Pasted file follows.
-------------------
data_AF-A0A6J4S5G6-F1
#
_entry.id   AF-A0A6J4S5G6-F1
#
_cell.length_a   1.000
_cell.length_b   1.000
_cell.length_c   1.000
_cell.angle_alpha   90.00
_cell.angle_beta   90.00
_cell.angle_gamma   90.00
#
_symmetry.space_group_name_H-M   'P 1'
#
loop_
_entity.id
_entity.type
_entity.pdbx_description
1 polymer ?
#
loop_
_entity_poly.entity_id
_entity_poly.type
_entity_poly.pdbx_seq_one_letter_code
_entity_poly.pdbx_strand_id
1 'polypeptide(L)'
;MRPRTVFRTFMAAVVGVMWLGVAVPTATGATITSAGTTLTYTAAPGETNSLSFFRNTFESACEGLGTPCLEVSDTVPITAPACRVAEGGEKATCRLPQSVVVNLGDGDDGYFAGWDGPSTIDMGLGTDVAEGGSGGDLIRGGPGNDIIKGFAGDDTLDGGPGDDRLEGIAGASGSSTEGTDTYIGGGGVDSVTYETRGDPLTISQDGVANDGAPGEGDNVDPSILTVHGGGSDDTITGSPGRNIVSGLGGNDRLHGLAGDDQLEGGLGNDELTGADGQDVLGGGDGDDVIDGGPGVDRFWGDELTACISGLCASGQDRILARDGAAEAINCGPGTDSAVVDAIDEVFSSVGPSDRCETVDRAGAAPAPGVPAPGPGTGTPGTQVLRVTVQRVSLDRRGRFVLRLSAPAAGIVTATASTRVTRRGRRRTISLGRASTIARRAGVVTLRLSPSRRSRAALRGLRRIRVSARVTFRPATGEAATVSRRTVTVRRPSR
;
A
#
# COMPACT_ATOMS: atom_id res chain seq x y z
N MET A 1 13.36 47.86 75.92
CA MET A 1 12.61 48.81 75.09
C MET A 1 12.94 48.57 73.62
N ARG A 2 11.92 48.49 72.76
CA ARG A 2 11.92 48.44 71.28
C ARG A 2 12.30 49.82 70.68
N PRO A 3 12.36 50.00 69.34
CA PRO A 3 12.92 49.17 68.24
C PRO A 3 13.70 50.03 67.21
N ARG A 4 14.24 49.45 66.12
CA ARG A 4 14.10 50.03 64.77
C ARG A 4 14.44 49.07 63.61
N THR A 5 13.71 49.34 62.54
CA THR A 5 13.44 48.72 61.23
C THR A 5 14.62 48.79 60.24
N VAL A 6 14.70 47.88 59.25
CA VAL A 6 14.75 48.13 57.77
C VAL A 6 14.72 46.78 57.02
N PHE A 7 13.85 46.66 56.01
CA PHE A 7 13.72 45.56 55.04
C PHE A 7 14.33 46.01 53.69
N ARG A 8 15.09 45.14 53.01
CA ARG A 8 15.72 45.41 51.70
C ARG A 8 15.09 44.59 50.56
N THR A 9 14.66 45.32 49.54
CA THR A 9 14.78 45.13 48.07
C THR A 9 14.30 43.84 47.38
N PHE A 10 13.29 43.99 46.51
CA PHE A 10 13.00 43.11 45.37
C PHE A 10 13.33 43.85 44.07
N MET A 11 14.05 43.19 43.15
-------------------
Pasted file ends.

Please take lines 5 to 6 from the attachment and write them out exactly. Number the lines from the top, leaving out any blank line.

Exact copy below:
_cell.length_a   1.000
_cell.length_b   1.000